De Rosa Protos Road Bike Frameset - 2016
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First in class.
Though De Rosa doesn't specify which particular frame it's using as a basepoint, it claims the Protos Road Bike Frameset's stiffness-to-weight ratio is a full 35% better than "traditional competition racing bikes." We admit that we don't have the equipment or technical know-how to properly vet this claim, which is part of the reason we eschewed the technology of testing and metrics in favor of the traditional method of determining a given frameset's qualities: we rode it.
As you might expect given its down tube, we believe that the Protos may be the stiffest road racing bike that we've ever rolled through our doors, first in class when it comes to power transfer efficiency. Taking a quick glance through the other bikes we carry should give the reader a sense of the enormity of that statement, which is itself almost as impressive a claim as the Protos' oversized down tube is large. Almost.
That titanic down tube is most notable when a crankset is mounted (the crank arms look like tiny toys next to it) and when the pedals are mashed in anger. The Protos reacts like we've always wished the Close Door buttons on elevators would; it's responsive to the point of personal injury, jumping from the speed of noodle to full-on sprint as soon as the freehub engages. There's no hesitation or wind up — it just goes.
On long, steady climbs, the huge down tube feels like it's pulling the cranks through the pedaling dead spot for you, keeping the pressure on with what may be the least amount of watts lost to bottom bracket flex that we've ever felt. Even under riders in the 176lb/80kg range, the frame is virtually impervious to flex. That aggressive efficiency is mirrored in the Protos' geometry, which is low and predatory — perfect for diving through corners on the inside line. The head tube alone measures between 20 and 30mm shorter than on models that we'd typically considered slammed for crits or fast circuit races, definitely bucking the current industry trend toward "endurance" geometries in favor of undiluted racing aggression.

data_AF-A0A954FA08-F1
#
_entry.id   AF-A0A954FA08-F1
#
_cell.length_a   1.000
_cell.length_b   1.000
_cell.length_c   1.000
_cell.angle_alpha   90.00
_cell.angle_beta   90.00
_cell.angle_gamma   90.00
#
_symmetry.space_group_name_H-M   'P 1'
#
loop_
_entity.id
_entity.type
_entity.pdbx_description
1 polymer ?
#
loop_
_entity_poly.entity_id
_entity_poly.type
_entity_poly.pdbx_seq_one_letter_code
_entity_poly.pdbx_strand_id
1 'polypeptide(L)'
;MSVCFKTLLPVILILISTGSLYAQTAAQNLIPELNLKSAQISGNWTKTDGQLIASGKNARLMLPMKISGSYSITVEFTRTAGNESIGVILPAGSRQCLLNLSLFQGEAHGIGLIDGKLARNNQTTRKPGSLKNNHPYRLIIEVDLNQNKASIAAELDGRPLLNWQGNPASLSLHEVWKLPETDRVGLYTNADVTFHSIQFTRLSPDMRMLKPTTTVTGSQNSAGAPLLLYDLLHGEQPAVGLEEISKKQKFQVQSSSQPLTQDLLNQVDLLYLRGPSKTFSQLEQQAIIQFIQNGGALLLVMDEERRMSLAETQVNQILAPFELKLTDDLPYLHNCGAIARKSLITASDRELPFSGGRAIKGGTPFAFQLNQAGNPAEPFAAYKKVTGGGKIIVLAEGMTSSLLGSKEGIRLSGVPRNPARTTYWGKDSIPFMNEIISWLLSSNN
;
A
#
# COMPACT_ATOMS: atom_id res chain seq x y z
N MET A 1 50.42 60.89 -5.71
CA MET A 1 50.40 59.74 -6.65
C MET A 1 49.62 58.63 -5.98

Obviously, the huge down tube has some aerodynamic tradeoffs, and De Rosa doesn't roll out the claims of wind-dodging tube shaping that we've become accustomed to seeing on frames in this price point. The smooth transition between the head and down tubes and the flattened fork blades suggest a low-drag leading edge; however, given its powerful efficiency during sprints and interval-type efforts, it's pretty obvious that the Protos is built as a road racing machine instead of a triathlon bike. The same holds true for comfort. This thing is built to efficiently convey input, regardless of the source, so it isn't ideal for gravel or gran fondos.
In addition to the tube shapes, the frame owes its effort-rewarding stiffness to three different carbon fibers. Half of the material used is TI 800, which is a modulus that we typically see as the stiffest part of a frame. Here, it's the "comfort" material, which goes some way toward explaining the Protos' obscene stiffness-to-weight ratio. Key areas of power transfer are made with the even stiffer TI 1000, and a final reinforcement of XN60 carbon adds the equivalent of rocket fuel to the Protos' titanic power transfer spine.
- Item #DER000B
- Q & A
Regarding the De Rosa Protos, the size in the chart is it measure from center to center (c-c) ?
Yes; all tubes are measured center to center, unless otherwise specified, as the seat tube which is measure center to top (c-t).
If I can assist with sizing in any way, or with anything else, please feel free to contact me directly!
Customer Account Manager